Meanwhile, Ken’s answer was a bit longer, but told the same story: “I thought it would be the travel and seeing new places, but it’s been the sense of community that FtF brought. We stay in touch with many of our full-time friends, but it’s not the same as watching the kids play on the B-field at TTO or a spontaneous potluck once the number of FtF’s in a random campground reaches critical mass.”

Lindsay does have a bit to add to that thought, giving those who will be leaving the RV life a bit more to think about: “[I miss] being able to fully, really take charge of your life, making your own schedule and decisions, not being bogged down by the day-to-day schedule that our culture has set for us,” she shares. “Also, I loved the camaraderie; the community really wants to get to know each other.”

What do you love about having a house?

What makes missing these things worthwhile? Lindsay answers, “It’s big and we can let the kids run around inside even if the weather is bad!”

“Travel and homeschooling takes planning and work,” Ken says when asked the same question. “So, oddly, I find myself with more free time now and I’ve had a chance to read for pleasure more.”

Finally, Doug gives his own thoughts on the matter. “As a family of 7, even our 40-foot fifth wheel lacked personal space. More space has been great for us. We love the area we are in, and have been enjoying the things we missed while on the road, like spending the winter skiing and snowboarding at our favorite ski area.”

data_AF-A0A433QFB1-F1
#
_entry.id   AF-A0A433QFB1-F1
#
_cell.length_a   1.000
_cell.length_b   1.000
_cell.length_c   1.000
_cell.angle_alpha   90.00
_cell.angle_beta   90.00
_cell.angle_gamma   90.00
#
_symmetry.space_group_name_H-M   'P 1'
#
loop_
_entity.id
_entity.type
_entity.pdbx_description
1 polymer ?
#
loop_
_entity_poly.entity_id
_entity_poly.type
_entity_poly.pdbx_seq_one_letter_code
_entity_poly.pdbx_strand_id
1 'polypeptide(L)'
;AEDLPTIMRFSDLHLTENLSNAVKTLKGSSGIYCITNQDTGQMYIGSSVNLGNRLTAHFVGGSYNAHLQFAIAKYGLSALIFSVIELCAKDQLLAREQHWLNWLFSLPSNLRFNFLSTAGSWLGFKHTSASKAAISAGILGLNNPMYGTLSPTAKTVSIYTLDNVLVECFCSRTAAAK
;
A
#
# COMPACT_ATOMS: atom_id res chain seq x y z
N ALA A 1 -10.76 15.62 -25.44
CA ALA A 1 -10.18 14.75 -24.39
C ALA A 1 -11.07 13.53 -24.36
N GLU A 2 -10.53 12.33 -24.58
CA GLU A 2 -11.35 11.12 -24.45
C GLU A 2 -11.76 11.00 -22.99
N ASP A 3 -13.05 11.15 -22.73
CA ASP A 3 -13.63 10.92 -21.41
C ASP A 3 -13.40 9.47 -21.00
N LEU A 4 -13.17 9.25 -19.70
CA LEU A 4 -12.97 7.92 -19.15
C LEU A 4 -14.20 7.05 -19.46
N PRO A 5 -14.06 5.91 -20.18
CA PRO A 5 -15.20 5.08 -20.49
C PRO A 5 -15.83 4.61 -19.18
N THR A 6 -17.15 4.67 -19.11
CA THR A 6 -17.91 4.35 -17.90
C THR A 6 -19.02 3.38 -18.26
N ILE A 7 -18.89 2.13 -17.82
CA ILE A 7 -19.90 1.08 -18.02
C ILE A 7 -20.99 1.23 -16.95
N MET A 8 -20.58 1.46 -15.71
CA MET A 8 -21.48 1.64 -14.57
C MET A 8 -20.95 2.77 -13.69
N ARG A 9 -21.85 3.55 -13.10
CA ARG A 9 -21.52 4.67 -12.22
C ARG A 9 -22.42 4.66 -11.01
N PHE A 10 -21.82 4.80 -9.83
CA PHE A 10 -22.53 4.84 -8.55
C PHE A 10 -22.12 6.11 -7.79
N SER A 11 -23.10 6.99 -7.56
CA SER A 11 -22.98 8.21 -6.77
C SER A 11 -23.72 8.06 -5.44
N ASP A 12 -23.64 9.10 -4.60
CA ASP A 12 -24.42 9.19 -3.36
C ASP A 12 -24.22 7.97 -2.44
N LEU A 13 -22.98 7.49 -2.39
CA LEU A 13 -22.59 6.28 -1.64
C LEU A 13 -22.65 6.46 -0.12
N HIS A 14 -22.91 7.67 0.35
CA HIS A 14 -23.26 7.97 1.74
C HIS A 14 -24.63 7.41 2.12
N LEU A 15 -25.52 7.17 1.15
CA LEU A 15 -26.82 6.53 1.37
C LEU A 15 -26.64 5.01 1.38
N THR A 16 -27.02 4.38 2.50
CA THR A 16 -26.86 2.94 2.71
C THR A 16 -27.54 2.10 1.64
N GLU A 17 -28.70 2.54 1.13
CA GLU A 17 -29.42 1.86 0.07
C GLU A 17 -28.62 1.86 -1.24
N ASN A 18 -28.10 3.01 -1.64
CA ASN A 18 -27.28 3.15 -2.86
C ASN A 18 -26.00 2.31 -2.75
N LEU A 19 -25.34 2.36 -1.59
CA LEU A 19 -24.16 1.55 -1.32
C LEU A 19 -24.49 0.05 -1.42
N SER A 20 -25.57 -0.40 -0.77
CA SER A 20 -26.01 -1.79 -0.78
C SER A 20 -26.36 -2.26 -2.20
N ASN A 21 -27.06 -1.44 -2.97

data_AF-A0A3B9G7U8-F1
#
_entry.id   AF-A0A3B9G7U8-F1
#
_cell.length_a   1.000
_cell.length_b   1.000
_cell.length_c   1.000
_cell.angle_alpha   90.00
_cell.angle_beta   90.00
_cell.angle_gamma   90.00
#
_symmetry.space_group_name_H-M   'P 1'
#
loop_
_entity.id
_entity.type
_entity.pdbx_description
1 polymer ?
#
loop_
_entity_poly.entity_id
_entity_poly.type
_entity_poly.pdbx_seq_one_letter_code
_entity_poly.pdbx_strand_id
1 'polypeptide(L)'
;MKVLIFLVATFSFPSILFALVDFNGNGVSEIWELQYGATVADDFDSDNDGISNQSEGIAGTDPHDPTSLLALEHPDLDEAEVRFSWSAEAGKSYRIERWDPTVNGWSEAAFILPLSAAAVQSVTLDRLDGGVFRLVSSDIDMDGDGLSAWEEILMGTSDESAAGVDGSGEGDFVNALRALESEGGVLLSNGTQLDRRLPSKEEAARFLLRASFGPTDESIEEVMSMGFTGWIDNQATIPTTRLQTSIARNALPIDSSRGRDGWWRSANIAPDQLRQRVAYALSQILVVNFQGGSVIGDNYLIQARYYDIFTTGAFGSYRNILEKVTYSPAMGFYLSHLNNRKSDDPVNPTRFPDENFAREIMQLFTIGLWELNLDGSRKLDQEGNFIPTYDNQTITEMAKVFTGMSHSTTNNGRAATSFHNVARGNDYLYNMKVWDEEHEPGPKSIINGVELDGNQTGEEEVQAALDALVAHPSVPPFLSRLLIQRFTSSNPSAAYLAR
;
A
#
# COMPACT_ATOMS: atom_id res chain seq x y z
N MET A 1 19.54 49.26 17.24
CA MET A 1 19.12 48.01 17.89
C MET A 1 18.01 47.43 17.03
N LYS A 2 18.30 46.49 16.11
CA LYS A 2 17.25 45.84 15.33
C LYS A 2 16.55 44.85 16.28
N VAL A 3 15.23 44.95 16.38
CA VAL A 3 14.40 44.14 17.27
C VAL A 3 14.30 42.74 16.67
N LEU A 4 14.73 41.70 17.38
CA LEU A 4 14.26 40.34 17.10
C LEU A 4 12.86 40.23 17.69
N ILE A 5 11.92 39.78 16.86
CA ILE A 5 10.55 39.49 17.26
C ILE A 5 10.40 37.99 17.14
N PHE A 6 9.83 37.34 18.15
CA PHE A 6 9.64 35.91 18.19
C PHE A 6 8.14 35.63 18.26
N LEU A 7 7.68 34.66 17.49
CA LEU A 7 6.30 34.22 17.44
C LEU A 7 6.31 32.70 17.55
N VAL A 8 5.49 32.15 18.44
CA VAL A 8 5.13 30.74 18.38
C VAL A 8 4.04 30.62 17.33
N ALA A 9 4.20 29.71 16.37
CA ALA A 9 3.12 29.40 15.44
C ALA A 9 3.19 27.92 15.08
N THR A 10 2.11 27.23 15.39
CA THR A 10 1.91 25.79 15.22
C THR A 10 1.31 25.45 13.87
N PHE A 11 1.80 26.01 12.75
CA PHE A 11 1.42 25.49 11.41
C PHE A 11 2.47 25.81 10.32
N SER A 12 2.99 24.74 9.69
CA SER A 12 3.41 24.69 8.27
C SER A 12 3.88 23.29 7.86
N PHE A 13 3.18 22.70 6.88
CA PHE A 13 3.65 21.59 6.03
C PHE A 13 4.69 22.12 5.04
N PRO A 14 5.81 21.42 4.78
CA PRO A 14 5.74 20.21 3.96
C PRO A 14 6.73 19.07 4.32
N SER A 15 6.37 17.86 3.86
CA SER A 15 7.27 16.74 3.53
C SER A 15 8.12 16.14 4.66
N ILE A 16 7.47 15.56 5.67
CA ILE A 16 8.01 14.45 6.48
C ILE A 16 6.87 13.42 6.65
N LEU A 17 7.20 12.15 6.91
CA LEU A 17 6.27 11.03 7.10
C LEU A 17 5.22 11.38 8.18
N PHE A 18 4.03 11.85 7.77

Do you have plans to travel full-time again?

It’s a well known fact that once you’re bitten by the travel bug, it can be pretty difficult to shake. Because of this, quitting nomad life and settling down after traveling is often not permanent. Keeping this in mind as you settle down might just make the process easier.

So will our friends be exploring the world any more after settling down in stationary homes? Let’s ask them.

“Nothing definite, but we have a vague notion that we’re not done travelling,” Ken shares. “Whether it’ll be by RV, back in our sailboat, or something more international, we don’t know—but we’ll most likely be back out there in a few years.”

Doug has a similar response: “We definitely plan to hit the road again. Whether it’s part-time, full-time, or for extended trips remains to be seen,” he says. “But we loved the RV lifestyle and will continue it in one way or another.”

Lastly, Lindsay has a very definite answer and is excited to share it. “Yes!” she tells us. “We’ve missed it so much, we decided to buy a new RV instead of a house and give it another go-around. See ya out there, Fulltime Families friends!”